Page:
A significant increase in demand for FRP has been brought about by the decision to switch from steel bodied to aluminium bodied beverage cans in South Africa. The can manufacturer and Hulamin have invested significantly in this project, which has resulted in increasing demand for locally produced sheet. A key component of the project is the recycling of the used beverage cans (UBC) and appropriate equipment has been installed. In concert with the worldwide move to reduce GHG emissions by light-weighting, Daimler Benz South Africa commenced building their C-Class model which has aluminium body panels. Aluminium Body Sheet in passenger vehicles has driven global demand for rolled products.
There are two major aluminium extrusion businesses and a number of smaller operations in South Africa, with manufacturing facilities in Gauteng, Kwazulu Natal and the Western Cape. They are capable of supplying almost all of South Africa’s requirements in the architectural, automotive, engineering, transport and consumer durable industries. The starting stock – cast extrusion billet – is imported and supplemented with recycled material by the two major extruders in their in-house furnaces.
Extensive regional facilities exist which can produce powder-coated and anodised finishes – largely for the architectural market – to international technical and quality standards. AFSA has been actively promoting recognition of such standards to protect the integrity and reputation of these products and encourage the use of local applicators.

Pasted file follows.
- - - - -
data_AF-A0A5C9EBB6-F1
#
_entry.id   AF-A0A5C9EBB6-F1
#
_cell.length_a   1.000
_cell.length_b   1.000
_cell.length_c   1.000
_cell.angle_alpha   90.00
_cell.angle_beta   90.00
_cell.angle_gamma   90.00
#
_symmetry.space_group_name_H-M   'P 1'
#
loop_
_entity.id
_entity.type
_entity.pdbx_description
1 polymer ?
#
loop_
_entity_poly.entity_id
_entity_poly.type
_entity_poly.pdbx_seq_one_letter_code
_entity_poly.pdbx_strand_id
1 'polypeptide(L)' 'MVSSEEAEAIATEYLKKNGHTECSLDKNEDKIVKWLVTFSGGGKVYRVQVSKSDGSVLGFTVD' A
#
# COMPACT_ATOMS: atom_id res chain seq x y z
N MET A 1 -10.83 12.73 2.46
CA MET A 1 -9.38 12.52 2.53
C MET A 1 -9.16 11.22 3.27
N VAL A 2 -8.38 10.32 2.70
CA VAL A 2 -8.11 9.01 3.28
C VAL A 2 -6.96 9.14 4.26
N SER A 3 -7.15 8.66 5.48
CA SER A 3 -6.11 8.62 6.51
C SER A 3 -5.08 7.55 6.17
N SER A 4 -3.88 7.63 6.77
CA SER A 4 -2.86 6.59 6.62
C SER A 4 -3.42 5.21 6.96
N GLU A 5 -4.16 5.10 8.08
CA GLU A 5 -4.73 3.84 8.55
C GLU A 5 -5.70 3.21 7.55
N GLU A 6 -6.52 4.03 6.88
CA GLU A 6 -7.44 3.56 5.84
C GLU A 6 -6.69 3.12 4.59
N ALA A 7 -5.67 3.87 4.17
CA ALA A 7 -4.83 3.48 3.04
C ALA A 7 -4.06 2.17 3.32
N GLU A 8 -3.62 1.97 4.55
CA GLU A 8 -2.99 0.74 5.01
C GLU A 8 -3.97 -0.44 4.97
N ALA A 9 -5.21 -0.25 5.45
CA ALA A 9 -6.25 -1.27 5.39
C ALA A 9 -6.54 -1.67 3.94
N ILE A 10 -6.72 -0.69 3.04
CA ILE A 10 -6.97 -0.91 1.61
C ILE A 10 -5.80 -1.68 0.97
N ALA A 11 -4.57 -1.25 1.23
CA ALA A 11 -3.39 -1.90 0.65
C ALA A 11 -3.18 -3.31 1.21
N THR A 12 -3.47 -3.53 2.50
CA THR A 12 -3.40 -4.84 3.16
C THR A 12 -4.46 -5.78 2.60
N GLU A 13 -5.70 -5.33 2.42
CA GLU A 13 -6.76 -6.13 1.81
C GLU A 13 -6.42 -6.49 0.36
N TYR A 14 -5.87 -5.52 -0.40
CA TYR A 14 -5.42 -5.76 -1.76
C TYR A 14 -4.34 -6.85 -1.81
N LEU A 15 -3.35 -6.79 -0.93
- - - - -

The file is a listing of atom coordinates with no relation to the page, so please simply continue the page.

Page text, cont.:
Is where value is added to semi-fabricated products and castings, producing components and products ready for use by other industrial sectors, or directly by consumers.
Applications for rolled products and extrusions are found in architecture, in architecture, construction, automotive, marine, transport, mining, packaging, electrical, foil applications, military, aerospace, aircraft, chemical plant, consumer durables, art and sports. The applications of aluminium are far too numerous to be detailed and bear testimony to the versatility, formability, weldability and corrosion resistance of aluminium.
The solar energy market is a major opportunity for extruded profiles for use in the construction of photovoltaic farms – where extrusions are used in both the panels and the structural support frames. With South Africa’s major commitment to alternative energy this market is set to remain robust for a number of years and is being supported by local procurement
The Service Sector includes Surface Finishing, distribution and testing and engineering services. Surface Finishing performed by AFSA members include anodising, powder coating and coil coating.
The Export Market
The South African aluminium industry has a well-developed export market for aluminium ingots rolled products and forgings, castings and finished products. This has entailed building marketing networks, and achieving internationally recognised quality standards and price competitiveness.
The industry has focused on its competitiveness, cost control, investment in plant and equipment and innovation. As such it is well positioned to benefit from the forecast growth in demand for aluminium rich products both locally and internationally. Two major studies of the industry and its growth potential were undertaken in 2016. “A doubling in demand for aluminium and a doubling of direct employers is possible if a number of key issues identified are addressed. We are pleased to feature activities undertaken by the industry that include investment in both plant and equipment, but very importantly in training and development of human capital. Transformation is vital for the long term sustainability of the industry. Again the industry proactively introduced programs to support entrepreneurs interested in entering the aluminium value chain.